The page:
Sermon for the Fourth Sunday in Lent

+In the Name of the Father and of the Son and of the Holy Ghost. Amen.

Back in Advent, Fr. Brian gave a great reflection on why we wear rose vestments a couple Sundays each year, once in Advent and once in Lent, to express the joy that is to be found in even the penitential seasons of the church year. I won’t rehearse that again, except to point out that (you guessed it) this is one of those Sundays. Our opening hymn this morning made the point:

To bow the head in sackloth and in ashes,

or rend the soul,

such grief is not Lent’s goal,

but to be led to where God’s glory flashes,

his beauty to come near.

Make clear, make clear, make clear where light and truth appear.

Lest we think Lent is all about being lugubrious, we are reminded this week that there is joy to be found here. Coming to terms with sin and redemption can be a very joyful thing because we can finally internalize the truth of today’s Gospel: “For God sent not his Son into the world to condemn the world, but that the world through him might be saved.” Even in this most penitent season then we may, paradoxically, rejoice in our penitence.

St. Paul knew this well, which is why in his letter to the Ephesians he may in one breath say that we “were dead in trespasses and sins” and in the next breath proclaim the joyful news that God has “hath quickened us together with Christ…and hath raised us up together, made us sit together in the heavenly places.” Paul knew that we could not be perfect by our own efforts, but “by grace are ye saved through faith, and that not of yourselves: it is a gift of God.”

This is very good news for all of us. In fact, it is the Good News. We can only fully appreciate it though, we can only attain to the joy which God intends for us, when we recognize that we are too sinful to dig ourselves out. This realization releases us from perfectionism, which is terribly close to narcissism. Only when we get over ourselves, when we realize that we cannot attain perfection on our own terms, that we need an Other will we experience the joy of redemption. Of course, getting to the point of experiencing this joy may not be entirely pleasant, as I’ve said more than once in sermons during this season, because it requires that we be honest with ourselves. The process of recognizing our own fallen-ness, our own sinfulness, is full of tears and travail. But we may take the psalmist’s affirmation to heart in the midst of this process of self-searching: “Weeping may spend the night, but joy cometh in the morning,” reads Psalm 30. Or from today’s psalm:

Foolish men are plagued for their offence, * and because of their wickedness.

Their soul abhorred all manner of meat, * and they were even hard at death’s door.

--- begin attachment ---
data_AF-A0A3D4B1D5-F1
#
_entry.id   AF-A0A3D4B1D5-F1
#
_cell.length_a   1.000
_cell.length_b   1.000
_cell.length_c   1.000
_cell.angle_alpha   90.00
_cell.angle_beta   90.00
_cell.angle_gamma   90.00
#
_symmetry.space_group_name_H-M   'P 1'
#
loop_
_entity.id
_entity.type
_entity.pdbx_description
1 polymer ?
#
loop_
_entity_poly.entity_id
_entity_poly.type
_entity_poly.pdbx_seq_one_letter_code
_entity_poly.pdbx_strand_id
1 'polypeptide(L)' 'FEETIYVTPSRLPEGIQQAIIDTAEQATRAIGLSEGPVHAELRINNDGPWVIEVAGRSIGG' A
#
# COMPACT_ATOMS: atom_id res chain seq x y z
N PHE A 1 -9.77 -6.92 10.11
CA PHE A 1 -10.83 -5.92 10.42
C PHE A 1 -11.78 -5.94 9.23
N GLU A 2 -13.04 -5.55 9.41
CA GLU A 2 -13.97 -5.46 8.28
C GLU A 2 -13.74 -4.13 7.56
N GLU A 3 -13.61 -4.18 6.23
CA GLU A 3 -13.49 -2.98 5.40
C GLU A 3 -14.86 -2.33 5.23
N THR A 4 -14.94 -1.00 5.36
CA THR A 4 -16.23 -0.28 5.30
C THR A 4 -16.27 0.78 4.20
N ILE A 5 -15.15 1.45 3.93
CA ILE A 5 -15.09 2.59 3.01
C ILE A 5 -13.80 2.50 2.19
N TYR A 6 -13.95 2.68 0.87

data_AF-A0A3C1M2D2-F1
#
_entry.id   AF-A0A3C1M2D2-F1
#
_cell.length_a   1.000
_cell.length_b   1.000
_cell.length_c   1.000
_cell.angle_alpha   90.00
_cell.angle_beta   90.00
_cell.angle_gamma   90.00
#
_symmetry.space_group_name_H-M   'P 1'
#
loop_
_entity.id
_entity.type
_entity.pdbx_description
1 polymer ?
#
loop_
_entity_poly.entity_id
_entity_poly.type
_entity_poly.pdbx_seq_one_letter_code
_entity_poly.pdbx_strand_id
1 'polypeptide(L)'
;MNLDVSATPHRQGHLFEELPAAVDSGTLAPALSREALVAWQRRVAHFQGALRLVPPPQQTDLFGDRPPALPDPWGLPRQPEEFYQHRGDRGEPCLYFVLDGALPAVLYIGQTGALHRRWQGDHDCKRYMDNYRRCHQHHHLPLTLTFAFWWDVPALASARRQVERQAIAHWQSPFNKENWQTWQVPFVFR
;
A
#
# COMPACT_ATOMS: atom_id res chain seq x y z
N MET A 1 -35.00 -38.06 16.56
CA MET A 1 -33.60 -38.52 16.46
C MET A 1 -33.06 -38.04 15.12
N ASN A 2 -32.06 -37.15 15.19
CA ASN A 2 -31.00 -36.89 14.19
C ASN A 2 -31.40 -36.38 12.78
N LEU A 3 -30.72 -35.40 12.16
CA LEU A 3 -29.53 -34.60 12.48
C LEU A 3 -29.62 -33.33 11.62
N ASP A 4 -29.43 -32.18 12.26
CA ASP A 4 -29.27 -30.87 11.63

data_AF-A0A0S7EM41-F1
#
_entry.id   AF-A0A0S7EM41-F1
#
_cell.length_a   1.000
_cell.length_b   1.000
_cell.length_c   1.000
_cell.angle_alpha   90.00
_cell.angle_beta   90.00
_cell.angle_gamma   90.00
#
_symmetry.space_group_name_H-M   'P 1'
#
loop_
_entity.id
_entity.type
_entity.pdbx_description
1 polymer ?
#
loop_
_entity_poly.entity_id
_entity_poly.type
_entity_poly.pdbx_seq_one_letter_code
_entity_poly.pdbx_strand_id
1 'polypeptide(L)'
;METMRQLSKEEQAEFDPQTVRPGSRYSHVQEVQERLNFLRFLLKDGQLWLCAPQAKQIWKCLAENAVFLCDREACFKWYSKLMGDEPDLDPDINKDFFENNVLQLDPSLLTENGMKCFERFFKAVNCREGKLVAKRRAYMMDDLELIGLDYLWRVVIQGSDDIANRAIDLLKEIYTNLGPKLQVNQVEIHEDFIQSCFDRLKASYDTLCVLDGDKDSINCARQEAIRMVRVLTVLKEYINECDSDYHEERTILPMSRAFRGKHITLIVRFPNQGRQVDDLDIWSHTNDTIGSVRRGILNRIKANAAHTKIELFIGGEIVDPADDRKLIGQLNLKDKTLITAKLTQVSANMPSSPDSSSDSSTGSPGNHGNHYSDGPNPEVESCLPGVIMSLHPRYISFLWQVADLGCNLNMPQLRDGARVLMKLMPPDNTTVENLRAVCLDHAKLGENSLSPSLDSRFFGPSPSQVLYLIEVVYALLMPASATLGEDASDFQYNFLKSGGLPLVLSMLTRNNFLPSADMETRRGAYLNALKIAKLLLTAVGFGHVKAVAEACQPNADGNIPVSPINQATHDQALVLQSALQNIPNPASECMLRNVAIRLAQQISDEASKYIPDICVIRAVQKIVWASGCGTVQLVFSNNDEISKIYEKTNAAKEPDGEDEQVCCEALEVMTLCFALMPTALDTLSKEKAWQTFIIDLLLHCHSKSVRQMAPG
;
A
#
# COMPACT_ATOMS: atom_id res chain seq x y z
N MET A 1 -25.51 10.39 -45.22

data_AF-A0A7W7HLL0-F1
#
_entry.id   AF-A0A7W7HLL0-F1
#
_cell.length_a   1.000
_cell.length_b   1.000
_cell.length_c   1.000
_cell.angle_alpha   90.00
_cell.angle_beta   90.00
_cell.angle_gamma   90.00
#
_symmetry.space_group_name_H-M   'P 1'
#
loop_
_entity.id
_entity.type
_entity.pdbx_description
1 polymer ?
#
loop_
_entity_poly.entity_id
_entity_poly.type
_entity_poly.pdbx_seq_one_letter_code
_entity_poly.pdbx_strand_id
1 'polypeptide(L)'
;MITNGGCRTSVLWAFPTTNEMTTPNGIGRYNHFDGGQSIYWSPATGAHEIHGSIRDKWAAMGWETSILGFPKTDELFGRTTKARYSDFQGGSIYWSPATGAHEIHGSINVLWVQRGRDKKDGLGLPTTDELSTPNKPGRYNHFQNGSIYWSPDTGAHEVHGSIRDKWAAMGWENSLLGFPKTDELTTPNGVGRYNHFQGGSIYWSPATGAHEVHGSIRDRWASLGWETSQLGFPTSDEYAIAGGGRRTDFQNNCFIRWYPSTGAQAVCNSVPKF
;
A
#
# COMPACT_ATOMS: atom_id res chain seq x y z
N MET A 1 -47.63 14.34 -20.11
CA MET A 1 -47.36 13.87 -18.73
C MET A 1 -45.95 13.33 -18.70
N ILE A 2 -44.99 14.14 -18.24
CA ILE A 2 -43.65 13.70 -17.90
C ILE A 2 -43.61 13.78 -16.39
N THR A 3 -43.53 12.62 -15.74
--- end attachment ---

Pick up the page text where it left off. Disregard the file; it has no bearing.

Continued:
So when they cried unto the Lord in their trouble, * he delivered them out of their distress.

He sent his word, and healed them; * and they were saved from their destruction.

O that men would therefore praise the Lord for his goodness; * and declare the wonders that he doeth for the children of men!

It is only after the realization that we are sore afflicted, that we have the capability of recognizing that only God has the power to save us, that we are not expected to save ourselves, and that in this fact we may rejoice.

I’d like to end this sermon, if I may, with a suggestion which you take or leave as the Spirit moves you. Those of you who have been attending this or any Episcopal church for any length of time will have noticed that each week we include a prayer of confession. This is meet and right and provides an opportunity in our public worship for the kind of hard self-examination which is necessary to attain the joy I’ve been talking about. I find, however, that this period is too brief for me, sinner that I am, to sufficiently recollect where I have gone astray and to come to terms with that in the light of Christ’s promise of forgiveness. There is another more fulsome opportunity for people like me to undergo such examination to the end of true repentance. There is another opportunity for this sort of honest examination which provides a greater opportunity for such reflection.

In all events, I wish you all not only a productive and edifying Lent, but a joyful Lent. May God give us such an awareness of His redeeming love that we no longer remain captive to our own sinful pride or to the perfectionism which leads us to deny sin, but come to the full realization that He “so loved the world that he gave his only begotten Son, that whosoever believeth in him,” not perfect, sinless people, but “whosoever believeth in him should not perish but have everlasting life.”

+In the Name of the Father and of the Son and of the Holy Ghost. Amen.